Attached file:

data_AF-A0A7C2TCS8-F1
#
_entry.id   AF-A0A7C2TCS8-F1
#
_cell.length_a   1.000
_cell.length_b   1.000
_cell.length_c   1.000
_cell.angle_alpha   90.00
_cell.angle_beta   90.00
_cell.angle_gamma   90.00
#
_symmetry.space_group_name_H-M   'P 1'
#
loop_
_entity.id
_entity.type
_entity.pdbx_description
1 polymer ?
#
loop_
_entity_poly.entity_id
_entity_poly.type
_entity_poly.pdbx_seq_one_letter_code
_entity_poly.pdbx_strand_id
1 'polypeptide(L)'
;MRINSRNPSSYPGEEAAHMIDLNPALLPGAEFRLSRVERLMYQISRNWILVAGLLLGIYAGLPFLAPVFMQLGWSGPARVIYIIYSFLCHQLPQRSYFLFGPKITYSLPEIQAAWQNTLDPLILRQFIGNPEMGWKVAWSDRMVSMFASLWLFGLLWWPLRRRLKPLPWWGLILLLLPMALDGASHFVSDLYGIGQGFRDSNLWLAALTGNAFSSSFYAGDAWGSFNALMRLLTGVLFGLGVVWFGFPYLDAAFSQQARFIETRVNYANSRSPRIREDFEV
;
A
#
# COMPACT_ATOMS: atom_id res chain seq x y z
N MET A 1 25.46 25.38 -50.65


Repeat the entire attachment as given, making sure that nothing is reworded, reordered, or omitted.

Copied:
data_AF-A0A7C2TCS8-F1
#
_entry.id   AF-A0A7C2TCS8-F1
#
_cell.length_a   1.000
_cell.length_b   1.000
_cell.length_c   1.000
_cell.angle_alpha   90.00
_cell.angle_beta   90.00
_cell.angle_gamma   90.00
#
_symmetry.space_group_name_H-M   'P 1'
#
loop_
_entity.id
_entity.type
_entity.pdbx_description
1 polymer ?
#
loop_
_entity_poly.entity_id
_entity_poly.type
_entity_poly.pdbx_seq_one_letter_code
_entity_poly.pdbx_strand_id
1 'polypeptide(L)'
;MRINSRNPSSYPGEEAAHMIDLNPALLPGAEFRLSRVERLMYQISRNWILVAGLLLGIYAGLPFLAPVFMQLGWSGPARVIYIIYSFLCHQLPQRSYFLFGPKITYSLPEIQAAWQNTLDPLILRQFIGNPEMGWKVAWSDRMVSMFASLWLFGLLWWPLRRRLKPLPWWGLILLLLPMALDGASHFVSDLYGIGQGFRDSNLWLAALTGNAFSSSFYAGDAWGSFNALMRLLTGVLFGLGVVWFGFPYLDAAFSQQARFIETRVNYANSRSPRIREDFEV
;
A
#
# COMPACT_ATOMS: atom_id res chain seq x y z
N MET A 1 25.46 25.38 -50.65